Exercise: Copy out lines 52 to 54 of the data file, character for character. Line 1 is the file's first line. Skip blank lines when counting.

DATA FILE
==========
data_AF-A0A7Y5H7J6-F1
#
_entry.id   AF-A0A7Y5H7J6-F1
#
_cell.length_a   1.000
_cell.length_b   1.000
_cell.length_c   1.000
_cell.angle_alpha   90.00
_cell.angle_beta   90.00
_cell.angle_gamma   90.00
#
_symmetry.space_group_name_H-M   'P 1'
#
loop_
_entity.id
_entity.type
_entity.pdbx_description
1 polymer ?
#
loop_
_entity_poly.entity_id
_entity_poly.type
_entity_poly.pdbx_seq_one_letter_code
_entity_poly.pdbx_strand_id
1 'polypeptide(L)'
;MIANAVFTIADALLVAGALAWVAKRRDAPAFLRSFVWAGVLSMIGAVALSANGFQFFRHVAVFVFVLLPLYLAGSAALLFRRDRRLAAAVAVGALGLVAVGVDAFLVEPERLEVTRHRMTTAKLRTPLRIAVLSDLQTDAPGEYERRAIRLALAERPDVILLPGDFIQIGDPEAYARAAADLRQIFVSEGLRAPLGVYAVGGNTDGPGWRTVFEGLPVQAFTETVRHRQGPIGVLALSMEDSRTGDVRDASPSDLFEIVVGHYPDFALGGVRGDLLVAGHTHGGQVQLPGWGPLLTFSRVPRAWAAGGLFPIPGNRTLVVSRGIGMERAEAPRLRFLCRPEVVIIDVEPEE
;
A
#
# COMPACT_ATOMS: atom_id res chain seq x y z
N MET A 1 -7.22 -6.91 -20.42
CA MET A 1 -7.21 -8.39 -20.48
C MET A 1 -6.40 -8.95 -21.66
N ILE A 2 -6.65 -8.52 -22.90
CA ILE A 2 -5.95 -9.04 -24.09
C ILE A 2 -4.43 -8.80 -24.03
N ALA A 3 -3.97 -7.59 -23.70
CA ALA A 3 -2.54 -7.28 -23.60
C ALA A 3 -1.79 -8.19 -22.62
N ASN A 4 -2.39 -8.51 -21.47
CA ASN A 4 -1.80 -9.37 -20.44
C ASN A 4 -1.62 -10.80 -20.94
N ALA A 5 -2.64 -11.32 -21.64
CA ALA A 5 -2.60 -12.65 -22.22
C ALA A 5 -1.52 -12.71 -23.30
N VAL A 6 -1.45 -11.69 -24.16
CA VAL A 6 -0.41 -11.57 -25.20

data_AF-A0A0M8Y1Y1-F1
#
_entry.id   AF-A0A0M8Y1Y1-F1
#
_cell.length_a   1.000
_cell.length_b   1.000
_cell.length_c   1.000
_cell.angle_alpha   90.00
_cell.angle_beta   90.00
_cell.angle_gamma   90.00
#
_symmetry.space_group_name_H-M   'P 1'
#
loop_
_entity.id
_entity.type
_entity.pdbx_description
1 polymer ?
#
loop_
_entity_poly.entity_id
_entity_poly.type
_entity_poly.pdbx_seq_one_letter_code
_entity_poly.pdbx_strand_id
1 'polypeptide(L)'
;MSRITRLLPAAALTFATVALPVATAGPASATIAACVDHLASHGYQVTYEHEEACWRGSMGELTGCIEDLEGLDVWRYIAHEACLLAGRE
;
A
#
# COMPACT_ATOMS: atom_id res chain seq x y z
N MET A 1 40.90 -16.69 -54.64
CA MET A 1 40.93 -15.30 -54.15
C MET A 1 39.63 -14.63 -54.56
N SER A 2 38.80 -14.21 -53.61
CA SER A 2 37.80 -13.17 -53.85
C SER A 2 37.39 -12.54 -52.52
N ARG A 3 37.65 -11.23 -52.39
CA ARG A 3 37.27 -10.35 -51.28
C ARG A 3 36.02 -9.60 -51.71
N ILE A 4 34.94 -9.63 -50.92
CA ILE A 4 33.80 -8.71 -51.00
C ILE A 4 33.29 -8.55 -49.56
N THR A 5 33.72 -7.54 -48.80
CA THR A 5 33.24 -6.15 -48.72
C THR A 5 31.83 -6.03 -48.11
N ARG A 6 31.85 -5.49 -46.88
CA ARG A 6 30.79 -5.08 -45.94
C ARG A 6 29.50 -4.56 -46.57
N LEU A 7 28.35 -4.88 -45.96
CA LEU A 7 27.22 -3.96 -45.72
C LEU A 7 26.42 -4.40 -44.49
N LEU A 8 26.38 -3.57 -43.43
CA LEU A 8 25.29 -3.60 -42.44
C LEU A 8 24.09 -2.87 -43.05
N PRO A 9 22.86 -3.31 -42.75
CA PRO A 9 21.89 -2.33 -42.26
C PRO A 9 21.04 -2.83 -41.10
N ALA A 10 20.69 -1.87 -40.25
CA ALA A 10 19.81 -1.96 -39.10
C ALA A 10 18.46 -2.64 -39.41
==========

_cell.length_a   1.000
_cell.length_b   1.000
_cell.length_c   1.000